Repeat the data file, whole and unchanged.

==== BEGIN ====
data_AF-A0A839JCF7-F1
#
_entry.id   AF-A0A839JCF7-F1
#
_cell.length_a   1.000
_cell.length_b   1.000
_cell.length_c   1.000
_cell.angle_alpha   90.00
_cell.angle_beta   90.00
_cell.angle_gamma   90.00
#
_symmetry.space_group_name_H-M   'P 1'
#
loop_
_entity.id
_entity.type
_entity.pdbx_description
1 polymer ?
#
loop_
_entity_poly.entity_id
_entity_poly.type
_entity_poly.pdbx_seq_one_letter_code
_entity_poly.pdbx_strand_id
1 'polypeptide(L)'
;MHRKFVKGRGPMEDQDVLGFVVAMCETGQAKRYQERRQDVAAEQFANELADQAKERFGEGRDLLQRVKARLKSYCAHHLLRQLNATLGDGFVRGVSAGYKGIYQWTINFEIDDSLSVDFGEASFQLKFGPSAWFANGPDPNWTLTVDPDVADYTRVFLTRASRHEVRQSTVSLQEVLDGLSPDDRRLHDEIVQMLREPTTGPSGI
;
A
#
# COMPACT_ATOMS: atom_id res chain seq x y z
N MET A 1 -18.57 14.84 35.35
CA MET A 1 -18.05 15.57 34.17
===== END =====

data_AF-A0A839JCF7-F1
#
_entry.id   AF-A0A839JCF7-F1
#
_cell.length_a   1.000
_cell.length_b   1.000
_cell.length_c   1.000
_cell.angle_alpha   90.00
_cell.angle_beta   90.00
_cell.angle_gamma   90.00
#
_symmetry.space_group_name_H-M   'P 1'
#
loop_
_entity.id
_entity.type
_entity.pdbx_description
1 polymer ?
#
loop_
_entity_poly.entity_id
_entity_poly.type
_entity_poly.pdbx_seq_one_letter_code
_entity_poly.pdbx_strand_id
1 'polypeptide(L)'
;MHRKFVKGRGPMEDQDVLGFVVAMCETGQAKRYQERRQDVAAEQFANELADQAKERFGEGRDLLQRVKARLKSYCAHHLLRQLNATLGDGFVRGVSAGYKGIYQWTINFEIDDSLSVDFGEASFQLKFGPSAWFANGPDPNWTLTVDPDVADYTRVFLTRASRHEVRQSTVSLQEVLDGLSPDDRRLHDEIVQMLREPTTGPSGI
;
A
#
# COMPACT_ATOMS: atom_id res chain seq x y z
N MET A 1 -18.57 14.84 35.35
CA MET A 1 -18.05 15.57 34.17